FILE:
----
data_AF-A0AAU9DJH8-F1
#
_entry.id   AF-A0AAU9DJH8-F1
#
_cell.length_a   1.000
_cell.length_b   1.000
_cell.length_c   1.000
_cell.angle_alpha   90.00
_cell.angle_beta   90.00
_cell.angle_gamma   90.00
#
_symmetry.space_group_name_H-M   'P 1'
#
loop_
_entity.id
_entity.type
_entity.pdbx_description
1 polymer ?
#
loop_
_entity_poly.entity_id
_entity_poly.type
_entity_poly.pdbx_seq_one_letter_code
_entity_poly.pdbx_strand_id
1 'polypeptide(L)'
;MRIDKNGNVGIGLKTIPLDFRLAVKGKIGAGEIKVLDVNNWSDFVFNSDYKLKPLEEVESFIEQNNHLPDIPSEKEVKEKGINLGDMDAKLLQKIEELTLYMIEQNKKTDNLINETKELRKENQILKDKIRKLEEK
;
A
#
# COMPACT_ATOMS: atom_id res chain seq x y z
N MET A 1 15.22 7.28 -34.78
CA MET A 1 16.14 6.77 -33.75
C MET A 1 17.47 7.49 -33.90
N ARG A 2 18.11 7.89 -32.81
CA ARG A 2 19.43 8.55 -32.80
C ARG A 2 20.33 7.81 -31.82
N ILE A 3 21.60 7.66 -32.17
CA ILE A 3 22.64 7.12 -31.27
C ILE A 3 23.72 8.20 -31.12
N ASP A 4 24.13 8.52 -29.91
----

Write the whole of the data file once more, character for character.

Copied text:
data_AF-A0AAU9DJH8-F1
#
_entry.id   AF-A0AAU9DJH8-F1
#
_cell.length_a   1.000
_cell.length_b   1.000
_cell.length_c   1.000
_cell.angle_alpha   90.00
_cell.angle_beta   90.00
_cell.angle_gamma   90.00
#
_symmetry.space_group_name_H-M   'P 1'
#
loop_
_entity.id
_entity.type
_entity.pdbx_description
1 polymer ?
#
loop_
_entity_poly.entity_id
_entity_poly.type
_entity_poly.pdbx_seq_one_letter_code
_entity_poly.pdbx_strand_id
1 'polypeptide(L)'
;MRIDKNGNVGIGLKTIPLDFRLAVKGKIGAGEIKVLDVNNWSDFVFNSDYKLKPLEEVESFIEQNNHLPDIPSEKEVKEKGINLGDMDAKLLQKIEELTLYMIEQNKKTDNLINETKELRKENQILKDKIRKLEEK
;
A
#
# COMPACT_ATOMS: atom_id res chain seq x y z
N MET A 1 15.22 7.28 -34.78
CA MET A 1 16.14 6.77 -33.75
C MET A 1 17.47 7.49 -33.90
N ARG A 2 18.11 7.89 -32.81
CA ARG A 2 19.43 8.55 -32.80
C ARG A 2 20.33 7.81 -31.82
N ILE A 3 21.60 7.66 -32.17
CA ILE A 3 22.64 7.12 -31.27
C ILE A 3 23.72 8.20 -31.12
N ASP A 4 24.13 8.52 -29.91